North Korea's neighbors apprehensive, angry over upcoming rocket launch
A DigitalGlobe satellite image obtained March 30, 2012 of North Korea's launch site at Tongch’ang-ri.
April 6th, 2012
02:00 AM ET

North Korea's neighbors apprehensive, angry over upcoming rocket launch

By Jamie Crawford

As an agreement for the United States to resume food aid to North Korea lies in tatters over the North's upcoming launch of a long-range rocket, there is a palpable sense of apprehension and anger over the launch in the reclusive regime's own backyard.

From South Korea to Japan and China, the Philippines, Russia and Australia, a varying chorus of anger and disappointment is being directed toward the Stalinist state in advance of the launch, expected later this month. The question now is what happens after the rocket leaves the launching pad.
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Filed under: China • North Korea • Phillipines • South Korea • South Korea
March 28th, 2012
02:26 PM ET

N. Korean missile launch 'troublesome'

By Larry Shaughnessy

U.S. military officials are anxiously awaiting North Korea's announced ballistic missile launch, which they described to Congress on Wednesday as part of the regime's "coercive strategy" to antagonize, provoke and then try to win concessions.

April 15 will mark the 100th anniversary of the birth of Kim Il Song, the founder of communist North Korea and the grandfather of the current North Korean leader, who has said there will be a missile launch around that date, in violation of numerous U.N. resolutions and the most recent agreement with the United States.

North Korea has designated the entire year of 2012 as a year of strength and prosperity in celebration of Kim Il Song's birthday.
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Danger ahead with untested leader?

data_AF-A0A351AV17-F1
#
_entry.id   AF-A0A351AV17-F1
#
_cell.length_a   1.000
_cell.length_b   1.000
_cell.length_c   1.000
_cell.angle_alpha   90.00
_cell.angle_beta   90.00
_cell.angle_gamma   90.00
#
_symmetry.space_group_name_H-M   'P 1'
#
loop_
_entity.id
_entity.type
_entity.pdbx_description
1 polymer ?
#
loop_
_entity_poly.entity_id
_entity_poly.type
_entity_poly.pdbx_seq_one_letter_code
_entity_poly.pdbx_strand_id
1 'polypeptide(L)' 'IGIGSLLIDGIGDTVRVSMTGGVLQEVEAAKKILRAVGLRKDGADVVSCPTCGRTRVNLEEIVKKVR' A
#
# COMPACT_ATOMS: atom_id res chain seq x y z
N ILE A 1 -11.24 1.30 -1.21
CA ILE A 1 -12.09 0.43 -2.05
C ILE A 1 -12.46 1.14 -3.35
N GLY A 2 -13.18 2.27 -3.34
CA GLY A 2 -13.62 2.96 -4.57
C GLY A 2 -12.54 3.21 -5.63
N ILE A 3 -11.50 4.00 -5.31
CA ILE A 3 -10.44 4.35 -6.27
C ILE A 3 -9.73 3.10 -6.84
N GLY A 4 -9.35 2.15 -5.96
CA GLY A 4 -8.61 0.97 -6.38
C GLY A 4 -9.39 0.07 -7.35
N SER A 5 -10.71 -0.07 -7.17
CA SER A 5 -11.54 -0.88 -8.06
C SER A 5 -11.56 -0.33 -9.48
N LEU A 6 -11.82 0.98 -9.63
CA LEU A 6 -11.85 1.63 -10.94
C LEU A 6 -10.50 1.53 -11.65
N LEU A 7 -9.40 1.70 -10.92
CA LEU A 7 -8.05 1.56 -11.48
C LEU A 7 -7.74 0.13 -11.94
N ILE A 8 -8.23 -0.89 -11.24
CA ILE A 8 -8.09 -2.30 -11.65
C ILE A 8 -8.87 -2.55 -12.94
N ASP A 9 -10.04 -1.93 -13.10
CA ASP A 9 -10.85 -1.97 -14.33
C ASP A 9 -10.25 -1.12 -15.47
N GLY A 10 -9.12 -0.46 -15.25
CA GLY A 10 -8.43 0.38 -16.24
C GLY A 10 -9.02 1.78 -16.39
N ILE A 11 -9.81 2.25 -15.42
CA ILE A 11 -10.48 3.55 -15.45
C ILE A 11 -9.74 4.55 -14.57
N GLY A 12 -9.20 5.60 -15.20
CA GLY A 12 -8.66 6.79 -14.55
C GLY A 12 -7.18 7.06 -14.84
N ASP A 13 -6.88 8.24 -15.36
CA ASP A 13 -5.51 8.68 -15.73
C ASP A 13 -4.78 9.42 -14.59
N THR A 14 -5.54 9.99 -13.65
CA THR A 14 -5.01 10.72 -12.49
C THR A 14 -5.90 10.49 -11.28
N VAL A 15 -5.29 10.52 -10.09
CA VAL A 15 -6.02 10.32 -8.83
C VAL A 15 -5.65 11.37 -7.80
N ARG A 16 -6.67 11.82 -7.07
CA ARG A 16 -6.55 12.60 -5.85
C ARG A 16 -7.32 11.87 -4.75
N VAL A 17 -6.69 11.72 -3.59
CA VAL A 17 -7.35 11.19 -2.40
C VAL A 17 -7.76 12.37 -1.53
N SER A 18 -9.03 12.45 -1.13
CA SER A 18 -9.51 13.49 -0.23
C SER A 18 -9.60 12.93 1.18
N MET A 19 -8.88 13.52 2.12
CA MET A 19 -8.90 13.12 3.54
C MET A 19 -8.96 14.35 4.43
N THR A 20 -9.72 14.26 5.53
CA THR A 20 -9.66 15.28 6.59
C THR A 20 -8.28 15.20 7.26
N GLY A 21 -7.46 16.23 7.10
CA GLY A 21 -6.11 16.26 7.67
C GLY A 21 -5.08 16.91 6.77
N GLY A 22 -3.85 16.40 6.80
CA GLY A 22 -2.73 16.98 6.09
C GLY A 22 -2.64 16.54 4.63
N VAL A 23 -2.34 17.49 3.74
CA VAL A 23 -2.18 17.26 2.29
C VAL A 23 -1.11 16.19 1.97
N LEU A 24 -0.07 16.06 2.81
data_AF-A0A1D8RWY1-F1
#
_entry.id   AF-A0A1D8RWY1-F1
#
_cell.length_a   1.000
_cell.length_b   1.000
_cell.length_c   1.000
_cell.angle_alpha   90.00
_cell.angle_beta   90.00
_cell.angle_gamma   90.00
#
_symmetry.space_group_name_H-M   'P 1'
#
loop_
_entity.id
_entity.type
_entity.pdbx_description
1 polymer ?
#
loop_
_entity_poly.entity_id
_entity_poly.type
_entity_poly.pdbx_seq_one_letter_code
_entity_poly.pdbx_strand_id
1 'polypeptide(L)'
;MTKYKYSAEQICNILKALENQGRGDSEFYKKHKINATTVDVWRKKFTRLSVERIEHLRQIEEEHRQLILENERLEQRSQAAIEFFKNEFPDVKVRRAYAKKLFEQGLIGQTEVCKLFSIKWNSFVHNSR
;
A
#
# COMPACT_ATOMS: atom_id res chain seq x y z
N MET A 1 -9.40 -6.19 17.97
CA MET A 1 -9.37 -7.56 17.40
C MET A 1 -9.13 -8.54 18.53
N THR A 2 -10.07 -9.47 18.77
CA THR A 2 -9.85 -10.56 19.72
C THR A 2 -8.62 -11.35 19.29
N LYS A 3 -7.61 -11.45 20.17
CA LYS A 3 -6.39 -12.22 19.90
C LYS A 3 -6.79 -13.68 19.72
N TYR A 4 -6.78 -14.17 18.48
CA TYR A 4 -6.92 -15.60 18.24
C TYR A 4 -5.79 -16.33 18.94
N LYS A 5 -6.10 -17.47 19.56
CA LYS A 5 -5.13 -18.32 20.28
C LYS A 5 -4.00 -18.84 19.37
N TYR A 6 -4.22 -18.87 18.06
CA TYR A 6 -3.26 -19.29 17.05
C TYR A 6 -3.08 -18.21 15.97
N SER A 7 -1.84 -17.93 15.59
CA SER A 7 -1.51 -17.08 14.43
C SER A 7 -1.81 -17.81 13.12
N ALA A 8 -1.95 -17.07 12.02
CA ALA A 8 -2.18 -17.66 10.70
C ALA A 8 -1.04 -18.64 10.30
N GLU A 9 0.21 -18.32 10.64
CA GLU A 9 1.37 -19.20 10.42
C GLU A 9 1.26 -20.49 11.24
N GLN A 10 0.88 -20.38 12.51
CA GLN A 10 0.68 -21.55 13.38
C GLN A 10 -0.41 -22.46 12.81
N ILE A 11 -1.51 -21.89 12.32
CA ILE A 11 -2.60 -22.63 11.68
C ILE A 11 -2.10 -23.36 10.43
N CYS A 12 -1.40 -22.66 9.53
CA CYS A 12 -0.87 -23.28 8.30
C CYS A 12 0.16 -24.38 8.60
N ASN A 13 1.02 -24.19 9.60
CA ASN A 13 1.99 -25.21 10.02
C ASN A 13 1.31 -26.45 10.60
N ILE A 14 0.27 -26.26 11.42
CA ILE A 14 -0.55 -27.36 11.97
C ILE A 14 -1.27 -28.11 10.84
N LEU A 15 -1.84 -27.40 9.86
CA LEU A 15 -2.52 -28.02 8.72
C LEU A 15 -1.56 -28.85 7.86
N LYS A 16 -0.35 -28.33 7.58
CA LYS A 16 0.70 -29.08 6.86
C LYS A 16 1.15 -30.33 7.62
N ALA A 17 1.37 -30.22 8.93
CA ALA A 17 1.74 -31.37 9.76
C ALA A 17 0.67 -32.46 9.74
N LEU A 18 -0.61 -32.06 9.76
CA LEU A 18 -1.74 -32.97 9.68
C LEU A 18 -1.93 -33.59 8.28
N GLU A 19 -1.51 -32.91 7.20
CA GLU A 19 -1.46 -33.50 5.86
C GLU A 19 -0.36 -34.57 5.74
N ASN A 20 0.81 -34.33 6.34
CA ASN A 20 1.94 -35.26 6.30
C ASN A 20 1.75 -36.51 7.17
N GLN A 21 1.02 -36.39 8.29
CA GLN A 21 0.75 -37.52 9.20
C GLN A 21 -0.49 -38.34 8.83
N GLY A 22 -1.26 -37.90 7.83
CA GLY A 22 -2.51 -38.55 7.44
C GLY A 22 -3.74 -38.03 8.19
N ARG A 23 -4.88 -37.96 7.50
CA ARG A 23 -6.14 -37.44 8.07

Kim Jong Un is shown inspecting the Seoul Ryu Kyong Su 105 Guards Tank Division of the Korean People's Army on New Years Day in this photo taken by North Korea's official news agency.
January 6th, 2012
04:00 AM ET

Danger ahead with untested leader?

By Jamie Crawford

As a late twenty-something with no formal military experience of his own takes the reins of power over a cadre of octogenarian generals and a one-million man plus military, North Korea watchers are somewhat divided over the direction Kim Jong Un will ultimately take the hermetic country.

The North's propoganda machine is already in full rallying mode. A New Year's Day message released by the official Korean Central News Agency vowed to stand behind the new leader and defend him "unto death."

For its part, the United States is waiting for the new regime to make the next move. Any decision on moving forward with discussions over issues such as food aid and their nuclear program will have to wait.

"I don't think there's any substantive change from where we were just before the new year," State Department spokesperson Victoria Nuland said recently, "which is that we're waiting to hear from the North Korean side."

With governments and experts alike reading the tea leaves of what the future on the Korean peninsula may hold, there are some early signs and questions to keep an eye on as to how things may bear out.
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Filed under: China • Kim Jong Il • Kim Jong Un • North Korea • Nuclear • Six-Party Talks • South Korea
Finally, a word about national security (a debate, actually)...
November 7th, 2011